DEAR MISS MANNERS: I am remarrying my ex-husband. My first ring was a family heirloom (his side), and I held onto it.
Now I have a second engagement ring. I would prefer to wear the first one. What is the proper protocol for this situation?
GENTLE READER: It would have been to tell your new husband of your preference before he purchased a second ring. Fortunately, you have two hands.
DEAR MISS MANNERS: How do I tell family not to bring anyone to our new home as if they were a tour guide?
How do I tell family not to post our information or photos on Facebook? We don’t Facebook!
How do I tell family not to bring a housewarming gift? Because the gift isn’t a gift; it attaches them to our house as if we now owe them.
I am preparing our change-of-address cards, and I want to include this for some of our family members. This was difficult for us with our previous home. We have moved farther away, and I don’t want unannounced overnight guests.
GENTLE READER: You have certainly piqued Miss Manners’ curiosity. Yours must be quite a major house, as visitors are regularly posting pictures of it to strangers.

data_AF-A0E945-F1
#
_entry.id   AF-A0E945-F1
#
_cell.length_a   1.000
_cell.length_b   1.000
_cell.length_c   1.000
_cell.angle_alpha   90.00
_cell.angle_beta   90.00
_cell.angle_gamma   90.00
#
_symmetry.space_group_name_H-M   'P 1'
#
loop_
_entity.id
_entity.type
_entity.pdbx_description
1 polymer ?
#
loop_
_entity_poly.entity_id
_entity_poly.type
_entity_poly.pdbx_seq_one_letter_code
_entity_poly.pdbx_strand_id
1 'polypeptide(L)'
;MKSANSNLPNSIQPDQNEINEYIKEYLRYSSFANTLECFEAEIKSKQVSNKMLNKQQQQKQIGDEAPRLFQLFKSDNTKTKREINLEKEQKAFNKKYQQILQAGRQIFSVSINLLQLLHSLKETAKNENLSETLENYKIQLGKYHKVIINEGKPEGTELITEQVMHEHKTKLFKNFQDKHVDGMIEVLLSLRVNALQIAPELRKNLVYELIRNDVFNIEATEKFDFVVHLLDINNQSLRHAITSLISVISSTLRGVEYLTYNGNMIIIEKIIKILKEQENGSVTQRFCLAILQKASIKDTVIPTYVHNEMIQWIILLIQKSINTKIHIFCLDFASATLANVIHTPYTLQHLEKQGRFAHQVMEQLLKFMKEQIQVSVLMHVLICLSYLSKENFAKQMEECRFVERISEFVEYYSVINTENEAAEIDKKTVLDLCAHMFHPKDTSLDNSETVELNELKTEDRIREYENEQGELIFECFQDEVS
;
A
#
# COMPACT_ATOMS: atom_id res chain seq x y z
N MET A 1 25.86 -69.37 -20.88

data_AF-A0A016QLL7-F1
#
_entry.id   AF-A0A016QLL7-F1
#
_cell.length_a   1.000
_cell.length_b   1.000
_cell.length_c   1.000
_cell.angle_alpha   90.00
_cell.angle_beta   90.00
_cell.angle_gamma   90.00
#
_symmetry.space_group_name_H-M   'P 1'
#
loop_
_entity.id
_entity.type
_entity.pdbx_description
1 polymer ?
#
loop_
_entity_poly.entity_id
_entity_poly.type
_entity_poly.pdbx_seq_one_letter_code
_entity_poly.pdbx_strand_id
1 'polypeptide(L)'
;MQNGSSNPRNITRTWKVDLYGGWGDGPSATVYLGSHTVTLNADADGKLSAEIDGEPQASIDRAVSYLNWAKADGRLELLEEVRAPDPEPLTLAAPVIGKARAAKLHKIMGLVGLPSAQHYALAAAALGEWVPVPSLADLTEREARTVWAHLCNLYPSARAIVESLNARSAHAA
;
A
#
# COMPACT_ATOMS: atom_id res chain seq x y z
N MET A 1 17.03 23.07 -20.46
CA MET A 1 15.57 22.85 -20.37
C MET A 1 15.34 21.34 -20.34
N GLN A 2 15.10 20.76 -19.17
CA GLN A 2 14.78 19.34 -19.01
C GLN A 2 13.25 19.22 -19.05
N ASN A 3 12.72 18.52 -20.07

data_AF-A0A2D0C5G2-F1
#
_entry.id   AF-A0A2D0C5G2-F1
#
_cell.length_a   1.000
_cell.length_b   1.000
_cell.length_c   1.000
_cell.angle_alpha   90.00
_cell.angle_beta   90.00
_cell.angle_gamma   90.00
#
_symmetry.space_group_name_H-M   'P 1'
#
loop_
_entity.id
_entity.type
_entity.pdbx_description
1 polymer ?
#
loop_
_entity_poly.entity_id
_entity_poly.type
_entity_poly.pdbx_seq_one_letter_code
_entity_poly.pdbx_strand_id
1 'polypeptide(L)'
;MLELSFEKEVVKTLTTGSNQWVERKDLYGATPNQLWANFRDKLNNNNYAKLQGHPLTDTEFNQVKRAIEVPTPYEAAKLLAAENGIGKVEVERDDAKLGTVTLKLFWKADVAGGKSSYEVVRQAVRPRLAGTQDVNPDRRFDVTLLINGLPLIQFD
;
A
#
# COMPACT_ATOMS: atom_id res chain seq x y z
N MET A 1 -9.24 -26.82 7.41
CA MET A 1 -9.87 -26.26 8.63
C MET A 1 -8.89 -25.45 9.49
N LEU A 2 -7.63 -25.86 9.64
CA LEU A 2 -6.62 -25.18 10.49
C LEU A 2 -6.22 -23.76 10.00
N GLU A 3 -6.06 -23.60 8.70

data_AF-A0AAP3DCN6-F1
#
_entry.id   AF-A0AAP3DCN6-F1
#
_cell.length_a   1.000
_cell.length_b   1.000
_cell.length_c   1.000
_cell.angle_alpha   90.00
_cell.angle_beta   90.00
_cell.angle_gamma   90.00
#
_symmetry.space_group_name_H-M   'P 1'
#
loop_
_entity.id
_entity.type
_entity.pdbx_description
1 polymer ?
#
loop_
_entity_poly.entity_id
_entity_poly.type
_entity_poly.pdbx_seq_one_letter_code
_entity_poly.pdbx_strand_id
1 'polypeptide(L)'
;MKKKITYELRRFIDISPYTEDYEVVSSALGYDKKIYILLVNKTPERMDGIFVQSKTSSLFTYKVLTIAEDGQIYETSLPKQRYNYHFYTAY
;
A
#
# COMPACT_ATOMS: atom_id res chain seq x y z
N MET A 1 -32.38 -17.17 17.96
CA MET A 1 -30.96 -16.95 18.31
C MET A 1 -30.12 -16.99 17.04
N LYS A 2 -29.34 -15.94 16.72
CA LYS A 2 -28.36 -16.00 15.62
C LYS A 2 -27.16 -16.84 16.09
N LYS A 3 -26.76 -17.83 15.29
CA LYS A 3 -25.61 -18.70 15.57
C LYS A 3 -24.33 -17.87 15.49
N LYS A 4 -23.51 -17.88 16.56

Miss Manners is further at a loss as to what kind of housewarming present would tether its giver to the house. A very long retractable leash?
It would seem that an obvious answer to the problem of having unwanted guests (or their presents) would be not to send change-of-address cards to them. These cards are optional, and the information they contain is on a need-to-know basis.
However, if you do send the cards, there is no polite way to tell people that a housewarming gift is not a ticket of admission. To deflect unwanted guests, you could write inside, “We look forward to inviting you in the future.”
Miss Manners has a feeling, however, that the subtlety of this wording will be lost on the sort of visitors who invite themselves. In that case, she recommends the first solution: Do not tell them where you live.
DEAR MISS MANNERS: I have enjoyed a good reputation at work throughout my career. Now I am starting to become a bit well-known in my field.
Consequently, I occasionally meet colleagues who are new to me but who, when we are introduced, will say, “Oh, I’ve heard all about you,” in a somewhat gushing tone.
I usually just smile, say, “How nice,” and then ask the person something innocuous about their work or some other pleasantry, but it feels quite awkward to me. Is this an appropriate response?
GENTLE READER: But these people apparently did not say that they heard something nice about you. Miss Manners considers that this leaves you free to begin asking about them.
However, if you feel that is awkward, you can toss off a saucy, “Don’t believe everything you hear!”
Judith Martin writes the Miss Manners column with help from her son, Nicholas Ivor Martin, and her daughter, Jacobina Martin. Send your questions to Miss Manners at her website, MissManners.com; or through postal mail to Miss Manners, Universal Uclick, 1130 Walnut St., Kansas City, MO 64106.
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